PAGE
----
Struggling Indigenous tourism businesses wishing for open U.S. border

·3 min read

Battle River Outfitters operator Rick Albert is in a bind.

For the second straight summer, he's had to postpone the hunting trips of 25 Americans who are all anxious to stalk deer and elk near his home on the Sweetgrass First Nation.

Clamped shut borders have instead forced Albert to find business among Canadians, who are comparatively less willing to spend large sums of money on local hotels and restaurants.

"It's just not the same as when I have the Americans come up here," he said. "They mean business when they come up here to hunt."

He's one of roughly 90 Indigenous tourism operators in Saskatchewan wishing for open borders. That hope comes as mutual travel restrictions between Canada and the U.S. — which prohibit all discretionary travel between the two countries — are due to expire July 21.

Prime Minister Justin Trudeau on Monday said he understands how eager people are to see the border reopen, but noted that the pandemic is still ongoing and “things aren’t normal yet.”

“Nobody wants us to move too fast and have to reimpose restrictions as case numbers rise like we’re seeing elsewhere in the world,” he said. “We need to do this right."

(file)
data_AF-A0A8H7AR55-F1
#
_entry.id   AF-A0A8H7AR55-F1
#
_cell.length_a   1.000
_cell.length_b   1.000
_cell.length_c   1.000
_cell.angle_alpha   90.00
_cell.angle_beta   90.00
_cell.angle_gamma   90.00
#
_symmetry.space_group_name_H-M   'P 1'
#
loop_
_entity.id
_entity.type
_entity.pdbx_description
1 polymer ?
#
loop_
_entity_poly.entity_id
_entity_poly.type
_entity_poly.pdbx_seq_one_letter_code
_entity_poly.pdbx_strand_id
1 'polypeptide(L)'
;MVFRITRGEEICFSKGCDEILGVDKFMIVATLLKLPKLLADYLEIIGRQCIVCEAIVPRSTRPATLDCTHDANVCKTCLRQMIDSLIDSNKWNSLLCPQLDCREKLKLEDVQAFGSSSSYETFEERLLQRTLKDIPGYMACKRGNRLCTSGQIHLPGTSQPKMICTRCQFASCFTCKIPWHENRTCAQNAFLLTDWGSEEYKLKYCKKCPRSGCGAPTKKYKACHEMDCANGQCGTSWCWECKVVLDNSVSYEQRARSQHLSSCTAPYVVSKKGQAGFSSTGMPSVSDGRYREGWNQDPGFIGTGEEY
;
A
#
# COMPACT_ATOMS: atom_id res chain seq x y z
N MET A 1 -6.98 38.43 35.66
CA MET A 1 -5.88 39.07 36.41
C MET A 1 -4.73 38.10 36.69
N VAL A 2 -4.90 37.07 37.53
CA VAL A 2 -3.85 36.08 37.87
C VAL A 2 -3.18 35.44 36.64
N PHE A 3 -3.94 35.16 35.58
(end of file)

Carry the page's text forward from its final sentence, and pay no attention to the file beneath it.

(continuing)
Waiting for the return of travel has many Indigenous-run tourism businesses "hibernating," says Keith Henry, who is president of Indigenous Tourism Association of Canada.

In 2019, Indigenous tourism employed 3,600 people in Saskatchewan, but that plunged to 626 with the onset of the pandemic, Henry said. Those businesses have since recovered some lost ground, now employing roughly 1,200 workers, he said.

With domestic tourism failing to fully fill the gap normally filled by American visitors, Henry's open to any solution that opens the border. The lack of a clear plan worries him.

"We're hoping (an open border) will drive traffic," Henry said. "We're really hoping Canada reopens the U.S. border as soon as possible."

That could make the difference for about 10 people that Barry Carriere, an outfitter based out of Cumberland House, hires each summer. Like Albert in Sweetgrass First Nation, he also has group of U.S. customers waiting to travel. He thinks they should be able to do so if they're vaccinated and taking the proper precautions.

"I'd like to see them really open up borders for them, because everybody's struggling," he said.

Michela Carriere, who has no relation to Barry, runs Aski Holistic Adventures near Cumberland House. She's managed the past year by working with domestic visitors, contract work and the support of Tourism Saskatchewan and the Indigenous Tourism Association of Canada.

But those relief programs are slowing and she's spending more time online trying to convince guests — who are wary of complex international travel — that it's safe to visit.

"I definitely will say that there's interest out there, but it's almost too soon for that big boom yet," she said.

"I don't know what the future holds."

— With Canadian Press Files

Nick Pearce, Local Journalism Initiative Reporter, The StarPhoenix

Our goal is to create a safe and engaging place for users to connect over interests and passions. In order to improve our community experience, we are temporarily suspending article commenting